As I’ve noted in past By The Numbers posts, I pay a lot of attention to Strength of Schedule. Mostly, I look at a little concoction of my own (or at least, I haven’t been able to find anyone else using it) called SoSHR – a weighted SoS based on home vs. road records.
For the Pacers, the schedule just isn’t all that tough this season, but that’s pretty much true for everyone in the Eastern Conference. Based on current records, the Indiana Pacers are projected to have the 4th easiest schedule this season. The only teams with easier schedules? Eastern Conference rivals Atlanta, Philly, and Chicago. In fact, the SoSHR is so skewed East vs. West that the Eastern Conference owns the 10 easiest schedules, while the Western Conference owns the 10 toughest.
Here’s an overall look at the Pacers’ slate:
The red line represents the YTD SoSHR. The black line shows a rolling 10-game average, and the blue line coming in from the top shows the track of the Pacers’ winning percentage.
The takeaway from the red and black lines is that the Pacers are past the toughest part of the schedule, from a broad perspective, though there is one more challenge coming up. When the Indy returns from the break, they will play the final two games of their easiest 10-game stretch of the season – hosting the Warriors on Tuesday, then not playing again until Saturday in New Orleans. They’ve split the first eight games, so the “easy 10″ didn’t help them a great deal.
Then, starting on Monday, March 5th, they play their toughest remaining 10-game stretch of the season, with an overall SoSHR of .545. The ten games are spread out over 18 days, but they include four back-to-backs. Here’s a look:
There are five games at home, one of the road games is at the Wizards, and two – Chicago and Orlando – are in arenas where they’ve already notched victories this season. This is without a doubt the hardest part of a remaining schedule that ranks 23rd in the NBA.
If the Pacers can play the next dozen games at or above .500, it will set them up nicely for the stretch run. The overall SoSHR for their final 21 games is only .467. Thirteen of them are at Bankers Life Fieldhouse, including nine of the last 12 games.
As a very early look at the playoffs, it’s worth checking out the teams that the Pacers are likely to be vying for position against. The Hawks, currently a game and a half behind the Indy, have the easiest remaining slate – barely above .440. The Sixers, also a game and a half back, have the 19th rated schedule, and the Magic are middle of the pack. The Celtics and the Knicks have the toughest remaining list of games of the teams the Pacers are watching, rating 10th and 8th respectively.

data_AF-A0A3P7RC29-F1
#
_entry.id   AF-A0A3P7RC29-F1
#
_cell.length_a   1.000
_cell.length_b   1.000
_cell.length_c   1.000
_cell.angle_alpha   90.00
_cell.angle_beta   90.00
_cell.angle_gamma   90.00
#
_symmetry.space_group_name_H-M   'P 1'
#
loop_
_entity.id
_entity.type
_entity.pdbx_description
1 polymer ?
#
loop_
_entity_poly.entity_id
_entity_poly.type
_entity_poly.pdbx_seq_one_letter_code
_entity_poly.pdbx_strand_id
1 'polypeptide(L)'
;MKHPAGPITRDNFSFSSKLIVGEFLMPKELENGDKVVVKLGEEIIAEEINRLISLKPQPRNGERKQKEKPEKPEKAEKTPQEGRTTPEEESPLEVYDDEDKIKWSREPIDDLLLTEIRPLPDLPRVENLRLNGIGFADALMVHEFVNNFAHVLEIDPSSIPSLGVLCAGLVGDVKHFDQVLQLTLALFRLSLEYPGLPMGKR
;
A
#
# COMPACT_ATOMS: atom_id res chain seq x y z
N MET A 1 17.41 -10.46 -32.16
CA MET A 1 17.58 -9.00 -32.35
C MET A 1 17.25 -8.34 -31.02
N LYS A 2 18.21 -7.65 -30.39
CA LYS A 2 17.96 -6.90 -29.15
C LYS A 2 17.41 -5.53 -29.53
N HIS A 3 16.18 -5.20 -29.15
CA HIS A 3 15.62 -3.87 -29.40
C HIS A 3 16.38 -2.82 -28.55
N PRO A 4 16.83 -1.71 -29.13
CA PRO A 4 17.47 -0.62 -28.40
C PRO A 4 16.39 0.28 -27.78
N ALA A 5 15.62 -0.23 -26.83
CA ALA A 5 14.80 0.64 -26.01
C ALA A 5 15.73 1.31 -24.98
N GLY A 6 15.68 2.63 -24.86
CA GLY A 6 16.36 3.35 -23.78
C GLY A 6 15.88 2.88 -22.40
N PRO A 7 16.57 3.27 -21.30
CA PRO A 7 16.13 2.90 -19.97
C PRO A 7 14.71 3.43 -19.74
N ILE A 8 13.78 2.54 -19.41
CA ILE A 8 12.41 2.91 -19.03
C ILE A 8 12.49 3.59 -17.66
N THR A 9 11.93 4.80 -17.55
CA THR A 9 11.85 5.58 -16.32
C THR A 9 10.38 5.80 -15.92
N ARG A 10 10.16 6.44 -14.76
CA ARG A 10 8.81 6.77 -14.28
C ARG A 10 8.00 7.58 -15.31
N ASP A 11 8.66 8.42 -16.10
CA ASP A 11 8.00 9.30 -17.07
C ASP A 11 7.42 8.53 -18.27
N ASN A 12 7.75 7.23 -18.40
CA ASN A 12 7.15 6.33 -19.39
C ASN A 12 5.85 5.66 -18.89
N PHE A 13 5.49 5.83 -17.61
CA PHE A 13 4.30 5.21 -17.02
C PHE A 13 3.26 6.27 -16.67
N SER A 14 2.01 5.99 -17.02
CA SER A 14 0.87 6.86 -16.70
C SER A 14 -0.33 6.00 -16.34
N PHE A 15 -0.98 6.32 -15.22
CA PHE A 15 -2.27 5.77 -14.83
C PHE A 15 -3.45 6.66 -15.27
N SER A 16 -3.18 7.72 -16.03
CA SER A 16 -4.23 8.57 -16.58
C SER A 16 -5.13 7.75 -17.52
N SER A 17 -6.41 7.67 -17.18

So, as I mention in the headline, the schedule maker has been kind to the Blue-and-Gold. But that doesn’t mean that they are a product only of a weak schedule.
It would be dishonest to pretend that a tougher schedule wouldn’t adversely affect the current and future record of the Pacers. And, yes, Indiana has played the fourth easiest set of opponents through the All Star break. However, that does not mean they are without quality wins.
The Pacers have gone into L.A., Chicago, and Dallas and hung losses on the Lakers, Bulls, and Mavericks. They dominated Orlando in Orlando. If you go back to the first chart in this post, and look at the left-most circle – indicating their toughest 10-game stretch of the season (.613), they went 7-3 over in those games. Further, take a look at their performance in games with an SoSHR of above .700.
At 4-5, the Pacers are tied with the 5th best record in the league in these games. Going to the other end of the spectrum, you can see that the Pacers have also taken care of business against SoSHRs below .500.
At 13-2, the only losses they’ve had in these games were on New Year’s Eve at Detroit, and in Bankers Life Fieldhouse against the Nuggets. The 15 games is a little less than average in terms of numbers played by other teams thus far.
Though Indiana benefits from their schedule, they have proven themselves to be a good basketball team. Only Miami has established themselves as clearly better in the East. Chicago probably is, but Indiana matches up really well with Tom Thibodeau’s squad. The Pacers are at least in the box with everyone else.
Exactly halfway through the season, the Indiana Pacers are on pace to win 42 games. Their final 33 games are – at worst – no tougher than their first 33, and at best, somewhat easier. This team entered the season with expectations of being a playoff team, but the bar now moves higher. The target now should be a top-4 seed, home court in the first round, and advancing at least to the second round.
It starts Tuesday.